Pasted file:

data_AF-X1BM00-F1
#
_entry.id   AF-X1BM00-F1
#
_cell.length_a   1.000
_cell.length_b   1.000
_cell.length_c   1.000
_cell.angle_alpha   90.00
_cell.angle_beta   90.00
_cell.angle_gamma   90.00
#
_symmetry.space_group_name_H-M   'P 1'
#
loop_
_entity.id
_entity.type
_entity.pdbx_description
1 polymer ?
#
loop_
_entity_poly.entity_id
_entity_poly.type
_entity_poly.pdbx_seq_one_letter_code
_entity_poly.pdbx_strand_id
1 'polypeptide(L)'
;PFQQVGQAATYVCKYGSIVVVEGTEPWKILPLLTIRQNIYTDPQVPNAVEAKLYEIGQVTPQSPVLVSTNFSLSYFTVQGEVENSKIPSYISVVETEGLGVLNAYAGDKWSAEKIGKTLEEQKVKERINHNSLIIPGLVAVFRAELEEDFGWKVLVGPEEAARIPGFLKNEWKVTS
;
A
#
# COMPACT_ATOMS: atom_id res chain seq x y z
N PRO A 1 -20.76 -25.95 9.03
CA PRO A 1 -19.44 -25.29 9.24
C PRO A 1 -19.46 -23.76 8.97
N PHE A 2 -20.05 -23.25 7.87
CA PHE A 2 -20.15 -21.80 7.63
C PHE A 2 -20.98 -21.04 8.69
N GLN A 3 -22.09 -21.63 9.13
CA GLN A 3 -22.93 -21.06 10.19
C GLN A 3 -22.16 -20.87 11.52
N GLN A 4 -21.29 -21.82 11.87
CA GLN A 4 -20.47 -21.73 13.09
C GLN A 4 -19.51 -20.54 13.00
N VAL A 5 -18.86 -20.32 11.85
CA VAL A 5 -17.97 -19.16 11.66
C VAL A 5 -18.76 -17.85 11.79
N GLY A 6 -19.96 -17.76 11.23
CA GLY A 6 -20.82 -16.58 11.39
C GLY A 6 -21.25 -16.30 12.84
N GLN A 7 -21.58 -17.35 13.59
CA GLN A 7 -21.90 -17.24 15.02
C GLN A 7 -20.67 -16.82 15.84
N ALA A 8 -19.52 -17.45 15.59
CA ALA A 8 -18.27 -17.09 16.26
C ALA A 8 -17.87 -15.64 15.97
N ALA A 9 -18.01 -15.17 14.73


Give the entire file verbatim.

data_AF-X1BM00-F1
#
_entry.id   AF-X1BM00-F1
#
_cell.length_a   1.000
_cell.length_b   1.000
_cell.length_c   1.000
_cell.angle_alpha   90.00
_cell.angle_beta   90.00
_cell.angle_gamma   90.00
#
_symmetry.space_group_name_H-M   'P 1'
#
loop_
_entity.id
_entity.type
_entity.pdbx_description
1 polymer ?
#
loop_
_entity_poly.entity_id
_entity_poly.type
_entity_poly.pdbx_seq_one_letter_code
_entity_poly.pdbx_strand_id
1 'polypeptide(L)'
;PFQQVGQAATYVCKYGSIVVVEGTEPWKILPLLTIRQNIYTDPQVPNAVEAKLYEIGQVTPQSPVLVSTNFSLSYFTVQGEVENSKIPSYISVVETEGLGVLNAYAGDKWSAEKIGKTLEEQKVKERINHNSLIIPGLVAVFRAELEEDFGWKVLVGPEEAARIPGFLKNEWKVTS
;
A
#
# COMPACT_ATOMS: atom_id res chain seq x y z
N PRO A 1 -20.76 -25.95 9.03
CA PRO A 1 -19.44 -25.29 9.24
C PRO A 1 -19.46 -23.76 8.97
N PHE A 2 -20.05 -23.25 7.87
CA PHE A 2 -20.15 -21.80 7.63
C PHE A 2 -20.98 -21.04 8.69
N GLN A 3 -22.09 -21.63 9.13
CA GLN A 3 -22.93 -21.06 10.19
C GLN A 3 -22.16 -20.87 11.52
N GLN A 4 -21.29 -21.82 11.87
CA GLN A 4 -20.47 -21.73 13.09
C GLN A 4 -19.51 -20.54 13.00
N VAL A 5 -18.86 -20.32 11.85
CA VAL A 5 -17.97 -19.16 11.66
C VAL A 5 -18.76 -17.85 11.79
N GLY A 6 -19.96 -17.76 11.23
CA GLY A 6 -20.82 -16.58 11.39
C GLY A 6 -21.25 -16.30 12.84
N GLN A 7 -21.58 -17.35 13.59
CA GLN A 7 -21.90 -17.24 15.02
C GLN A 7 -20.67 -16.82 15.84
N ALA A 8 -19.52 -17.45 15.59
CA ALA A 8 -18.27 -17.09 16.26
C ALA A 8 -17.87 -15.64 15.97
N ALA A 9 -18.01 -15.17 14.73